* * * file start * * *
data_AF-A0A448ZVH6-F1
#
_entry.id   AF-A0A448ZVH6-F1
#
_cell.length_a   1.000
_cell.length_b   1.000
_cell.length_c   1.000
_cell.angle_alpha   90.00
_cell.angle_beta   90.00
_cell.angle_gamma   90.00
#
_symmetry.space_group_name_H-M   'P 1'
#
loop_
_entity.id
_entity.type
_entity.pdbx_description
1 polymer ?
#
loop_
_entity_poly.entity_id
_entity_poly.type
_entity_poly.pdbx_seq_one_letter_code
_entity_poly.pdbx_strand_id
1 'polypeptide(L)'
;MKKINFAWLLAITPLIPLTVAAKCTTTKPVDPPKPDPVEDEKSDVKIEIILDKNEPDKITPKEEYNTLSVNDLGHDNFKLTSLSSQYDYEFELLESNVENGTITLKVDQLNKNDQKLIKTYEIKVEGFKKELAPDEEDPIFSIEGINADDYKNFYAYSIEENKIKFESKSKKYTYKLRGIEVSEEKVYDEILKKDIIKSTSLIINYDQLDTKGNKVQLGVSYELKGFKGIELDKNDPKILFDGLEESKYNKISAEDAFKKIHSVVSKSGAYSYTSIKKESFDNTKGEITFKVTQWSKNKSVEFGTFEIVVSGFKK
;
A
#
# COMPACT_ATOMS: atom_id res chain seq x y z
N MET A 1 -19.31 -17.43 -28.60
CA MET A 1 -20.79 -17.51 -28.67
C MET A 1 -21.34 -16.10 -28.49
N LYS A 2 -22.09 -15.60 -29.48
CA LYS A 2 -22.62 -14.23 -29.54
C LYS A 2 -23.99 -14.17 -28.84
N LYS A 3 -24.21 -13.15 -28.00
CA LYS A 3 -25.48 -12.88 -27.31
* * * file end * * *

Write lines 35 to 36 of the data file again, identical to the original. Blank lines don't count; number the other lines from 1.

CA LYS A 2 -22.62 -14.23 -29.54
C LYS A 2 -23.99 -14.17 -28.84